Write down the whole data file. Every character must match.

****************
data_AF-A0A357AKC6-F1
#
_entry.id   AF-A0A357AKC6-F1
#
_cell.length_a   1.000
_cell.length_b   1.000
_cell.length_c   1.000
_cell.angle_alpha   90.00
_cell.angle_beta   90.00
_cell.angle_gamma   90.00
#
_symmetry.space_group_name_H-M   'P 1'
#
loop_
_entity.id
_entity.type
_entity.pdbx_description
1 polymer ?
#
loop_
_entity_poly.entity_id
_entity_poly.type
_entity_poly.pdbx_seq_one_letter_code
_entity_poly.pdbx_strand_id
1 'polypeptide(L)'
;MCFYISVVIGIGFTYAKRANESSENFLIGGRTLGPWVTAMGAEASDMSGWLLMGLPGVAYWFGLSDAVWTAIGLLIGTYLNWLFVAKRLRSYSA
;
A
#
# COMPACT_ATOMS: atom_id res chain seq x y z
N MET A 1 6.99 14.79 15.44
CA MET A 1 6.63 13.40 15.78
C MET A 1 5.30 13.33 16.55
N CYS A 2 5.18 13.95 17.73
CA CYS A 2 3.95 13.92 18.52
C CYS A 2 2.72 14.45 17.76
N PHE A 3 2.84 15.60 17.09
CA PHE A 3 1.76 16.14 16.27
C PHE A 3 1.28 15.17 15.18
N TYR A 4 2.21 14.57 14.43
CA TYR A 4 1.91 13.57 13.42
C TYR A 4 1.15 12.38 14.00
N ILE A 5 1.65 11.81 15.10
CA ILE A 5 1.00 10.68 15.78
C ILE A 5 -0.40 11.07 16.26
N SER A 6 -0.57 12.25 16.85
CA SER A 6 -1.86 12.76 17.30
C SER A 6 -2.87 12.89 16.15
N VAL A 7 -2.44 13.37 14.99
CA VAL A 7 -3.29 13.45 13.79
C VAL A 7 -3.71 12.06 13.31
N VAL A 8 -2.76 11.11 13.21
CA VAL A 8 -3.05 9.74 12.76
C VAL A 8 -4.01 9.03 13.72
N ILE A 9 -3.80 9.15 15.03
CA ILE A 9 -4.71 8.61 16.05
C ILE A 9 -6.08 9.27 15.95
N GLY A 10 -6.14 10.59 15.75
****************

data_AF-A0A357AKC6-F1
#
_entry.id   AF-A0A357AKC6-F1
#
_cell.length_a   1.000
_cell.length_b   1.000
_cell.length_c   1.000
_cell.angle_alpha   90.00
_cell.angle_beta   90.00
_cell.angle_gamma   90.00
#
_symmetry.space_group_name_H-M   'P 1'
#
loop_
_entity.id
_entity.type
_entity.pdbx_description
1 polymer ?
#
loop_
_entity_poly.entity_id
_entity_poly.type
_entity_poly.pdbx_seq_one_letter_code
_entity_poly.pdbx_strand_id
1 'polypeptide(L)'
;MCFYISVVIGIGFTYAKRANESSENFLIGGRTLGPWVTAMGAEASDMSGWLLMGLPGVAYWFGLSDAVWTAIGLLIGTYLNWLFVAKRLRSYSA
;
A
#
# COMPACT_ATOMS: atom_id res chain seq x y z
N MET A 1 6.99 14.79 15.44
CA MET A 1 6.63 13.40 15.78
C MET A 1 5.30 13.33 16.55
N CYS A 2 5.18 13.95 17.73
CA CYS A 2 3.95 13.92 18.52
C CYS A 2 2.72 14.45 17.76
N PHE A 3 2.84 15.60 17.09
CA PHE A 3 1.76 16.14 16.27
C PHE A 3 1.28 15.17 15.18
N TYR A 4 2.21 14.57 14.43
CA TYR A 4 1.91 13.57 13.42
C TYR A 4 1.15 12.38 14.00
N ILE A 5 1.65 11.81 15.10
CA ILE A 5 1.00 10.68 15.78
C ILE A 5 -0.40 11.07 16.26
N SER A 6 -0.57 12.25 16.85
CA SER A 6 -1.86 12.76 17.30
C SER A 6 -2.87 12.89 16.15
N VAL A 7 -2.44 13.37 14.99
CA VAL A 7 -3.29 13.45 13.79
C VAL A 7 -3.71 12.06 13.31
N VAL A 8 -2.76 11.11 13.21
CA VAL A 8 -3.05 9.74 12.76
C VAL A 8 -4.01 9.03 13.72
N ILE A 9 -3.80 9.15 15.03
CA ILE A 9 -4.71 8.61 16.05
C ILE A 9 -6.08 9.27 15.95
N GLY A 10 -6.14 10.59 15.75